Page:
Angel Tree Tradition Continues at Bookshop
"This must be the ugliest Christmas tree in the entire world," Kimberly Daniels, manager of The Country Bookshop, says laughingly as employees begin to decorate it with hundreds of white paper angels.
"It reminds me of that little tree in 'A Charlie Brown Christmas,'" says Janice Reagan, who helped the late Joan Scott put up the bookshop's first Angel Tree in 1994. "But remember what Linus said: 'It's not bad at all, really. It just needs a little love.'"
For the past 17 years, the love has been supplied by hundreds of caring people who have come into The Country Bookshop on Broad Street in downtown Southern Pines, selected an angel from the tree and purchased a book for a needy Moore County child.
More than 8,000 children have received books through the bookshop's Angel Tree program since that first year, and for many it is the only book they have ever personally owned.
This year more than 500 names adorn the tree with names of children from Moore County Head Start programs, elementary schools and exceptional education programs. Teachers submit the name, age and gender of each child they have identified as needing a book to Angie Tally, The Country Bookshop's children's manager, who includes the information on paper angels and hangs them on the little Charlie Brown tree.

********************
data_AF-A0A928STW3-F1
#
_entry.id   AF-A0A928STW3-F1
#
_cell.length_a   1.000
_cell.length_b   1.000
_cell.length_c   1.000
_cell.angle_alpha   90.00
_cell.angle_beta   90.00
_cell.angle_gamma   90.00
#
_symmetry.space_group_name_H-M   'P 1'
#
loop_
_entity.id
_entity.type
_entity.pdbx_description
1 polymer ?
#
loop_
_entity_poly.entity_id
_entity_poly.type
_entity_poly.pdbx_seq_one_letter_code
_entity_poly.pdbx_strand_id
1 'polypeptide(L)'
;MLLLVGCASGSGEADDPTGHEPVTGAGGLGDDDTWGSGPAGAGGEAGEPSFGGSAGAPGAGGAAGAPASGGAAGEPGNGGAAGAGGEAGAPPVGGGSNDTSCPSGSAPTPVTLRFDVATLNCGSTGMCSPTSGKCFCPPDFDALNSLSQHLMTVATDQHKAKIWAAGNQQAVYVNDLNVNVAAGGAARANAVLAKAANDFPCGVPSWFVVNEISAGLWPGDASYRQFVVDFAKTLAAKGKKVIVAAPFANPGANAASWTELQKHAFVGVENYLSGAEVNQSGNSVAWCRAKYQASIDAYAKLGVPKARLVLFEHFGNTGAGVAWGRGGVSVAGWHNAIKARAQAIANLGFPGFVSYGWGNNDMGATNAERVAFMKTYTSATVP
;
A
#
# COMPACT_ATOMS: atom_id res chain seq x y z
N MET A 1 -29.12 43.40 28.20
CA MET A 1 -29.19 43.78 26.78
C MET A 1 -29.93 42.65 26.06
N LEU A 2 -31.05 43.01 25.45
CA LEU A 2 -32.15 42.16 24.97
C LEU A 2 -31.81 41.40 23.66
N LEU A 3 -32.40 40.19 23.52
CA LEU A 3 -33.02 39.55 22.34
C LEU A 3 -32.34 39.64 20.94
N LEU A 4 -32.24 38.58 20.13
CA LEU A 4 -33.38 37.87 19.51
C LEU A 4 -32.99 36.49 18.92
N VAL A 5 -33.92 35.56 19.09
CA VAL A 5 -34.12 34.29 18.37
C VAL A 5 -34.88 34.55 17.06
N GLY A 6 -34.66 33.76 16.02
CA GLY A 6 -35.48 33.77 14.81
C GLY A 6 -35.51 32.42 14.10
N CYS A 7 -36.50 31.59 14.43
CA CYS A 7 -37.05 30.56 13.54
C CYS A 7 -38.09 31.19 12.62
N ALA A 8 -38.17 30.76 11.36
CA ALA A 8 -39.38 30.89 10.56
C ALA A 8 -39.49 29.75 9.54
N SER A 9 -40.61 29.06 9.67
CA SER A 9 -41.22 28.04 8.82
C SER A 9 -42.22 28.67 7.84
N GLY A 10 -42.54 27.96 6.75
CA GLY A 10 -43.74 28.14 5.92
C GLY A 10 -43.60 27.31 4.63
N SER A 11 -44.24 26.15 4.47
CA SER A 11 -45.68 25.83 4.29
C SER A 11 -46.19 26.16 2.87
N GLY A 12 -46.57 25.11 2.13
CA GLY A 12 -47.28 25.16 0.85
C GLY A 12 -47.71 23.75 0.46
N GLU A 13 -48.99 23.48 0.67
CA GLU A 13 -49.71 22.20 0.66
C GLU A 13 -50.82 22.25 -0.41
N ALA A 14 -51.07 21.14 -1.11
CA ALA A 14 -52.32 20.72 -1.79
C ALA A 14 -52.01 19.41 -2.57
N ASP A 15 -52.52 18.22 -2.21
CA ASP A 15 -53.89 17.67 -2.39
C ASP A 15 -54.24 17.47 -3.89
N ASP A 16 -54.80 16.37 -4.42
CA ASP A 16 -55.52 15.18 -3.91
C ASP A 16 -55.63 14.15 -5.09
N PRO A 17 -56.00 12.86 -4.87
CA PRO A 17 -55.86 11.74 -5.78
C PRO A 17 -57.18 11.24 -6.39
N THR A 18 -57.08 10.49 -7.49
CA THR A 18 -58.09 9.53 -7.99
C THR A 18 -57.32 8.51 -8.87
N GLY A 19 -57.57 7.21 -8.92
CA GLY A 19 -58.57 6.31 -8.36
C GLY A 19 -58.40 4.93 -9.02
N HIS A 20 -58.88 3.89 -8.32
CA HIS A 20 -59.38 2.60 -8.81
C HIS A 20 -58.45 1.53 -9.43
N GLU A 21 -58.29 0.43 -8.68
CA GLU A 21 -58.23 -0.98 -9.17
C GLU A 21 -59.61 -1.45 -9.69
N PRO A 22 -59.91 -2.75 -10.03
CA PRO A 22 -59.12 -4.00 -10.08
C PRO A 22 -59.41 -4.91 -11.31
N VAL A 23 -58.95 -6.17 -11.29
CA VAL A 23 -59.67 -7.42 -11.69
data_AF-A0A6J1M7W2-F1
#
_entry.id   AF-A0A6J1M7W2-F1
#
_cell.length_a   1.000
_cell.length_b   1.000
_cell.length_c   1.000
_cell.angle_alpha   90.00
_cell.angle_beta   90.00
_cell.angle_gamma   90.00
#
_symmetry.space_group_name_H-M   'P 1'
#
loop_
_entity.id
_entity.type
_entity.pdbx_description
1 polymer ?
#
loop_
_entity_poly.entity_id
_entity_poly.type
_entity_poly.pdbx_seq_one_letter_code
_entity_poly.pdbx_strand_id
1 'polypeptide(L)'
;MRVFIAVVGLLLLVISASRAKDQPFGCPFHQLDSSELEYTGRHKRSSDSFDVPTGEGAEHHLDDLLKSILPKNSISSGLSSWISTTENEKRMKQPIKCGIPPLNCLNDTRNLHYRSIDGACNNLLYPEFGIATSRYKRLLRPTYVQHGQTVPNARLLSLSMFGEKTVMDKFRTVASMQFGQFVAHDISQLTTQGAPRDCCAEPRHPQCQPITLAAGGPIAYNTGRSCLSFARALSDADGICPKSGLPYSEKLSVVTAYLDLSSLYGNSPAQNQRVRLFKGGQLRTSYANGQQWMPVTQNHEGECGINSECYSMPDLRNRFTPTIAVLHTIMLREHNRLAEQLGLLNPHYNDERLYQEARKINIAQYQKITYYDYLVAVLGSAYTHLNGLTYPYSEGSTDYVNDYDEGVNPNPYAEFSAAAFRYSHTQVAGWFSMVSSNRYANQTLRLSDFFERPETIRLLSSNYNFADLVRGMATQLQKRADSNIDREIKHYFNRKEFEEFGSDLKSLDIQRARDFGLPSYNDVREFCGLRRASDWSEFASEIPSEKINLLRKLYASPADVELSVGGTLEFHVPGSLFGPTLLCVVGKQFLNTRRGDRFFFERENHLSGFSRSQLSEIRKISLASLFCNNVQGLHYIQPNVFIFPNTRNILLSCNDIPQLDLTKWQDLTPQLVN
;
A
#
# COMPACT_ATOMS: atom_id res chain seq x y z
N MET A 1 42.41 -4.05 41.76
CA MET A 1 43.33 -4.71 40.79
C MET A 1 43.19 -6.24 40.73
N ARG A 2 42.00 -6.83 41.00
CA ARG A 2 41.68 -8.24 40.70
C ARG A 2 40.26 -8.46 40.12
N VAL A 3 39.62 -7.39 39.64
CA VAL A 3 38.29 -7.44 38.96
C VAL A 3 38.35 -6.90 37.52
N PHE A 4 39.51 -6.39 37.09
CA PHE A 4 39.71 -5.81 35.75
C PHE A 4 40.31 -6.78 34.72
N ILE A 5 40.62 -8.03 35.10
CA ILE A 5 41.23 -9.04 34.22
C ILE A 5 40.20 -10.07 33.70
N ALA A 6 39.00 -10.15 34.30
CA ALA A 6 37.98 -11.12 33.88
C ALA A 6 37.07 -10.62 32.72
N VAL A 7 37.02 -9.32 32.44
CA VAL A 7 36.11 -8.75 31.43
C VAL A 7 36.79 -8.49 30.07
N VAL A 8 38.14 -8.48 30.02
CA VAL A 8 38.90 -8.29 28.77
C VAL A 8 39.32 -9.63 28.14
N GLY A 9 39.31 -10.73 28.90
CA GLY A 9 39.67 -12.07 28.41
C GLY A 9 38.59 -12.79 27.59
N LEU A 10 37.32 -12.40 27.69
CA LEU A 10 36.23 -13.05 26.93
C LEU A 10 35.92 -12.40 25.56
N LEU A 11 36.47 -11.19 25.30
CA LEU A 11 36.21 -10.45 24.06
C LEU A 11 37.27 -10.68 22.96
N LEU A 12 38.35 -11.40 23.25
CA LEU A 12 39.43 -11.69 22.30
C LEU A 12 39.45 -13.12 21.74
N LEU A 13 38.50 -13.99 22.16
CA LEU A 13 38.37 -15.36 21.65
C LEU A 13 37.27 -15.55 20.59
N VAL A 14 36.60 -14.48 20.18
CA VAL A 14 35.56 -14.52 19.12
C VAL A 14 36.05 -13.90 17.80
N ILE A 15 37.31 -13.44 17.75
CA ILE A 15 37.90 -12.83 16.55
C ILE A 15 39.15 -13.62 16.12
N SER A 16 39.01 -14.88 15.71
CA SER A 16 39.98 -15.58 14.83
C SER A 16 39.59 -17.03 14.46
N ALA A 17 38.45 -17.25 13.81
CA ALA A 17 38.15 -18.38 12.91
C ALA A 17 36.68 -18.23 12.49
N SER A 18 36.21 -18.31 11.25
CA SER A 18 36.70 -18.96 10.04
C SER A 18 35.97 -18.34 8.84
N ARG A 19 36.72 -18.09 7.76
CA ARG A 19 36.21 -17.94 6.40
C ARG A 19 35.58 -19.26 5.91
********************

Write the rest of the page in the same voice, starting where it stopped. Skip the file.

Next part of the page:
Customers then have the opportunity to support the Angel Tree program in three ways: Choose an angel and purchase a book, which is discounted 20 percent; choose an angel and donate money for that child; or simply make a donation, which is then used to select books for one of the angels remaining on the tree.
Many loyal customers of the bookshop look forward to the Angel Tree as much as the children.
"This year," says Tally, "before we even had the tree up, two customers purchased their favorite children's books and requested they be paired with an appropriate child. I have also had three people call to volunteer to wrap and deliver books. It is wonderful to see the excitement generated by this program by so many different people."
For the 10th year, first-grade classes from the Episcopal Day School have planned a field trip to The Country Bookshop to select books with money the children have earned, and Rae Irvine's Technology Club members from Southern Middle also have a long-standing commitment to the Angel Tree program.
"Every year, as the deadline nears, we wonder whether we will be able to fulfill all the requests," says Tally, "but for the past few years, one couple has come in, credit card and wrapping paper in hand, during the week before the books are delivered to be due, purchased books for the remaining angels on the tree and wrapped them."
"We love books, real books, and we want to share that love with a child who may not have the opportunity to own books of their own," say the couple, who choose to remain anonymous. "Donating to the bookshop's Angel Tree is one of our favorite things to do all year."
This year, the deadline for donations is Friday, Dec. 9. The Country Bookshop is open Monday through Saturday from 10 a.m. to 6 p.m. and Sunday from noon to 5 p.m. for the holiday season.
For more information about how to donate or to volunteer to wrap books, call Angie Tally at (910) 692-3211.
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